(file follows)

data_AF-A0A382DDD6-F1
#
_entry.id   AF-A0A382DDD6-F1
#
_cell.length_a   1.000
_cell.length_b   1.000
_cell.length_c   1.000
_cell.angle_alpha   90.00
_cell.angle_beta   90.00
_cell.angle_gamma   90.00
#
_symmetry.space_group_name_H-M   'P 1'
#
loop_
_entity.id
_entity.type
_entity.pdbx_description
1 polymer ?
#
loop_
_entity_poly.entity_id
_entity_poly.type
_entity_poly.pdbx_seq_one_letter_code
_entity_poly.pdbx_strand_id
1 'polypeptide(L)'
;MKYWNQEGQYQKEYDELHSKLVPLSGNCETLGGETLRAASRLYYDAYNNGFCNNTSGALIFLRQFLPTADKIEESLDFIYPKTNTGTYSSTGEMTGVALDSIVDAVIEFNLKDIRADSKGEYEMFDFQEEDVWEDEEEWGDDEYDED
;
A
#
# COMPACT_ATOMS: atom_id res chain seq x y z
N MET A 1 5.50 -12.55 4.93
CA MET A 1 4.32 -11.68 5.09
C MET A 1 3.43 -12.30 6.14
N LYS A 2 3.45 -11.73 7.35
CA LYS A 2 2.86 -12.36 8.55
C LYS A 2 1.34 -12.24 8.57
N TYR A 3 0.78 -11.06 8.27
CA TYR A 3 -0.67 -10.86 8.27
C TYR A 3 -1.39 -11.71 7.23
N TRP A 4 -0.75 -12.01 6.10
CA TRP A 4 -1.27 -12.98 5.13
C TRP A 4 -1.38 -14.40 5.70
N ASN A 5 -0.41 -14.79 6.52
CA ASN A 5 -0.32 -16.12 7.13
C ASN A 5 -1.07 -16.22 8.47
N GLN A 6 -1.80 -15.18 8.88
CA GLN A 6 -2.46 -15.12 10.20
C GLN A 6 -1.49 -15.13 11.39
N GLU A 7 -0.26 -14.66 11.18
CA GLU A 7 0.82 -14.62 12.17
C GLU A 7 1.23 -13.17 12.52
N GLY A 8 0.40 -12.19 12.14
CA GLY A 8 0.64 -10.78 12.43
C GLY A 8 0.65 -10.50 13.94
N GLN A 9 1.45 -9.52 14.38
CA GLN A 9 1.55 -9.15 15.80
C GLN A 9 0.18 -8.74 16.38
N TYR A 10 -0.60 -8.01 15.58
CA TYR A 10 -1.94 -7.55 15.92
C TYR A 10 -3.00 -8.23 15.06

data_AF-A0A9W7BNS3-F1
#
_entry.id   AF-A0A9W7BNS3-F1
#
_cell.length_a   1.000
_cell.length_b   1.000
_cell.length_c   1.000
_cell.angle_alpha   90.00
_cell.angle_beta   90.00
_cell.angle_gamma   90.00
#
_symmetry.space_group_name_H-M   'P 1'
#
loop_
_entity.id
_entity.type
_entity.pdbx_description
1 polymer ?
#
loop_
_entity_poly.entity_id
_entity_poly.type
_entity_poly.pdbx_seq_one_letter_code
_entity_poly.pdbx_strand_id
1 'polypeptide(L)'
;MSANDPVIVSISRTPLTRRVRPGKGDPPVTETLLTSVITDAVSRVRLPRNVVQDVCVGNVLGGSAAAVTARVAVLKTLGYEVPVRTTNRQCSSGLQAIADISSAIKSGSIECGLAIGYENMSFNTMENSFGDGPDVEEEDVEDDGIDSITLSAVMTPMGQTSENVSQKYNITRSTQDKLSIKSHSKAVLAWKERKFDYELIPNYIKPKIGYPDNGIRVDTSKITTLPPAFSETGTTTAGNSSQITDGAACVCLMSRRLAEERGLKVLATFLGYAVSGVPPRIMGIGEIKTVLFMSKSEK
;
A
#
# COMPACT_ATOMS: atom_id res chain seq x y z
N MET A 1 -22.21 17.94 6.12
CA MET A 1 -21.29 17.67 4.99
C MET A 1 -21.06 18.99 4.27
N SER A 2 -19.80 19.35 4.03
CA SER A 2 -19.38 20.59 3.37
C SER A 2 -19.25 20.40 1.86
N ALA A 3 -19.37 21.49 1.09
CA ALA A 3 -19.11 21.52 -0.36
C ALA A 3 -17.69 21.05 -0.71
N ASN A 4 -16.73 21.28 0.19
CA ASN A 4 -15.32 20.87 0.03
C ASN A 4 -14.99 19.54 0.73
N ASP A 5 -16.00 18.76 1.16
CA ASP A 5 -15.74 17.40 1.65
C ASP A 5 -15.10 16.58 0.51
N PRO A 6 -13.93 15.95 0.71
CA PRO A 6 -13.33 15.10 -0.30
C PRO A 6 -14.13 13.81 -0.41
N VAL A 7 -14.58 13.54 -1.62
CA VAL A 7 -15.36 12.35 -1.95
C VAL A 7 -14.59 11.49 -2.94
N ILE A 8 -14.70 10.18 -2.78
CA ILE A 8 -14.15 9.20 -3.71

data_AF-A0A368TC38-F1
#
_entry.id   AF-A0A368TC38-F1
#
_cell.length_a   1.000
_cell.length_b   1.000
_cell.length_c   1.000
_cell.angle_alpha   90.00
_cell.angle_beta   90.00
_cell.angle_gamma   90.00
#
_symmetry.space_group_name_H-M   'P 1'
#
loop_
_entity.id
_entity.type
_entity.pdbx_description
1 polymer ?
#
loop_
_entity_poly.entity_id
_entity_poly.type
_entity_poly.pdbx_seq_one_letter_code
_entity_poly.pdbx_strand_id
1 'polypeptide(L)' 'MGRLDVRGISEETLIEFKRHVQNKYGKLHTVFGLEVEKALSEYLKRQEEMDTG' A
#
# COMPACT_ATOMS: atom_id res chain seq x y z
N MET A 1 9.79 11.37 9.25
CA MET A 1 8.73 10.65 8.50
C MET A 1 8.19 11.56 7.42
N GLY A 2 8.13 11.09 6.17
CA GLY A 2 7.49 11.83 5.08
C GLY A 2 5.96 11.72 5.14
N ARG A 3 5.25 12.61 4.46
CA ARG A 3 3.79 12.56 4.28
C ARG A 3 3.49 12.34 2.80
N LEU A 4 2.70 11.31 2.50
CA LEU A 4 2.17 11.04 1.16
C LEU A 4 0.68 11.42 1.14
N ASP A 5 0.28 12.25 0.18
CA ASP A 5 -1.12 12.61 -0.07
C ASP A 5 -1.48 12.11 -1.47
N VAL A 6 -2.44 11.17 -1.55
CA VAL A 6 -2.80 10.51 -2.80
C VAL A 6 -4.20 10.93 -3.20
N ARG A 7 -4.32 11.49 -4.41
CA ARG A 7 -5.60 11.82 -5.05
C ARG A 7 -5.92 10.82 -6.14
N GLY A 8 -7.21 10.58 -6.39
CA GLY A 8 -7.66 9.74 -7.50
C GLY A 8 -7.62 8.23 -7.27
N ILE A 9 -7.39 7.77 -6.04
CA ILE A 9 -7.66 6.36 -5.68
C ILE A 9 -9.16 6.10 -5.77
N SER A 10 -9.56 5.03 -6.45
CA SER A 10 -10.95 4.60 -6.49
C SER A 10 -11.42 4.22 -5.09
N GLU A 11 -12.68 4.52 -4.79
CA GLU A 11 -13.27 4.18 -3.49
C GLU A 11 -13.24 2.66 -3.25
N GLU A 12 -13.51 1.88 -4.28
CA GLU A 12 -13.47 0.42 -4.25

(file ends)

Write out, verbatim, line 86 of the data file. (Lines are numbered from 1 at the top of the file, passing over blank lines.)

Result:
;MSANDPVIVSISRTPLTRRVRPGKGDPPVTETLLTSVITDAVSRVRLPRNVVQDVCVGNVLGGSAAAVTARVAVLKTLGYEVPVRTTNRQCSSGLQAIADISSAIKSGSIECGLAIGYENMSFNTMENSFGDGPDVEEEDVEDDGIDSITLSAVMTPMGQTSENVSQKYNITRSTQDKLSIKSHSKAVLAWKERKFDYELIPNYIKPKIGYPDNGIRVDTSKITTLPPAFSETGTTTAGNSSQITDGAACVCLMSRRLAEERGLKVLATFLGYAVSGVPPRIMGIGEIKTVLFMSKSEK